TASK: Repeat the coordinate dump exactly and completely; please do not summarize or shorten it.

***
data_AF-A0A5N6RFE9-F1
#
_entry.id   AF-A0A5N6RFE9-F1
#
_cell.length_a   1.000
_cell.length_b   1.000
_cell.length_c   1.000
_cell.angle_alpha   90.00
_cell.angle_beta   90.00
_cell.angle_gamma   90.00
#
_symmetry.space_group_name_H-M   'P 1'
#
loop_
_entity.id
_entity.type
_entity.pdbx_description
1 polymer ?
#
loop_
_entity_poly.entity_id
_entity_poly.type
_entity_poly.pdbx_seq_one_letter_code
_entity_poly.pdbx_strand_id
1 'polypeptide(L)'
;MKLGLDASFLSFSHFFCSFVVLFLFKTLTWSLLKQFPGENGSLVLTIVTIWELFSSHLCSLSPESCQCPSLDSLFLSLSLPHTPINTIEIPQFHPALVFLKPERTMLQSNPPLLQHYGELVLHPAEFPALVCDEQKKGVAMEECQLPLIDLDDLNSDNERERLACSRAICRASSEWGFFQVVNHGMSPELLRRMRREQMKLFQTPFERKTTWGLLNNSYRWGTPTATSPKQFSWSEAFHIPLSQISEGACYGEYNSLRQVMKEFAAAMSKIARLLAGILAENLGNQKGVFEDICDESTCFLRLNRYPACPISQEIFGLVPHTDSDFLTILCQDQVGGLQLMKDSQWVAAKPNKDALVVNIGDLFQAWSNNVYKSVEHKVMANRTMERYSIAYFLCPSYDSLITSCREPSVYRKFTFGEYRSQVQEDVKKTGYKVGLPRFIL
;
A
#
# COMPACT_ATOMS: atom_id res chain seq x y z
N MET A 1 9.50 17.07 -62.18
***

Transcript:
data_AF-A0A5N6RFE9-F1
#
_entry.id   AF-A0A5N6RFE9-F1
#
_cell.length_a   1.000
_cell.length_b   1.000
_cell.length_c   1.000
_cell.angle_alpha   90.00
_cell.angle_beta   90.00
_cell.angle_gamma   90.00
#
_symmetry.space_group_name_H-M   'P 1'
#
loop_
_entity.id
_entity.type
_entity.pdbx_description
1 polymer ?
#
loop_
_entity_poly.entity_id
_entity_poly.type
_entity_poly.pdbx_seq_one_letter_code
_entity_poly.pdbx_strand_id
1 'polypeptide(L)'
;MKLGLDASFLSFSHFFCSFVVLFLFKTLTWSLLKQFPGENGSLVLTIVTIWELFSSHLCSLSPESCQCPSLDSLFLSLSLPHTPINTIEIPQFHPALVFLKPERTMLQSNPPLLQHYGELVLHPAEFPALVCDEQKKGVAMEECQLPLIDLDDLNSDNERERLACSRAICRASSEWGFFQVVNHGMSPELLRRMRREQMKLFQTPFERKTTWGLLNNSYRWGTPTATSPKQFSWSEAFHIPLSQISEGACYGEYNSLRQVMKEFAAAMSKIARLLAGILAENLGNQKGVFEDICDESTCFLRLNRYPACPISQEIFGLVPHTDSDFLTILCQDQVGGLQLMKDSQWVAAKPNKDALVVNIGDLFQAWSNNVYKSVEHKVMANRTMERYSIAYFLCPSYDSLITSCREPSVYRKFTFGEYRSQVQEDVKKTGYKVGLPRFIL
;
A
#
# COMPACT_ATOMS: atom_id res chain seq x y z
N MET A 1 9.50 17.07 -62.18